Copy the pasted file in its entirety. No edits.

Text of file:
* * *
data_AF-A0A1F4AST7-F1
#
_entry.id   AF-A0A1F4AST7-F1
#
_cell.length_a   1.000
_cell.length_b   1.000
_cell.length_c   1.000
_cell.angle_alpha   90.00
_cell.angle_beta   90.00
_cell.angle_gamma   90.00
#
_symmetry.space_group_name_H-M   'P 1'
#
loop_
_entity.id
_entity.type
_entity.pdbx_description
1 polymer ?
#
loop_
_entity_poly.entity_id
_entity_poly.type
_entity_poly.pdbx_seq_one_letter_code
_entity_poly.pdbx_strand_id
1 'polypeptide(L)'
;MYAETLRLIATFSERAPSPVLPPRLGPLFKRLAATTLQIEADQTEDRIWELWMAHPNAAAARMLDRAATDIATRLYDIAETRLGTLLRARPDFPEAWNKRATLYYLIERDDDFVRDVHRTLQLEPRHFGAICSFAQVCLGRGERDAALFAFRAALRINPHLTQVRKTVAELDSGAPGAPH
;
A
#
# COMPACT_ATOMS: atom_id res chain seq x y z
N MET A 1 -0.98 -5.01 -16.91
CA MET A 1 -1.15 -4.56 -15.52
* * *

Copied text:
data_AF-A0A1F4AST7-F1
#
_entry.id   AF-A0A1F4AST7-F1
#
_cell.length_a   1.000
_cell.length_b   1.000
_cell.length_c   1.000
_cell.angle_alpha   90.00
_cell.angle_beta   90.00
_cell.angle_gamma   90.00
#
_symmetry.space_group_name_H-M   'P 1'
#
loop_
_entity.id
_entity.type
_entity.pdbx_description
1 polymer ?
#
loop_
_entity_poly.entity_id
_entity_poly.type
_entity_poly.pdbx_seq_one_letter_code
_entity_poly.pdbx_strand_id
1 'polypeptide(L)'
;MYAETLRLIATFSERAPSPVLPPRLGPLFKRLAATTLQIEADQTEDRIWELWMAHPNAAAARMLDRAATDIATRLYDIAETRLGTLLRARPDFPEAWNKRATLYYLIERDDDFVRDVHRTLQLEPRHFGAICSFAQVCLGRGERDAALFAFRAALRINPHLTQVRKTVAELDSGAPGAPH
;
A
#
# COMPACT_ATOMS: atom_id res chain seq x y z
N MET A 1 -0.98 -5.01 -16.91
CA MET A 1 -1.15 -4.56 -15.52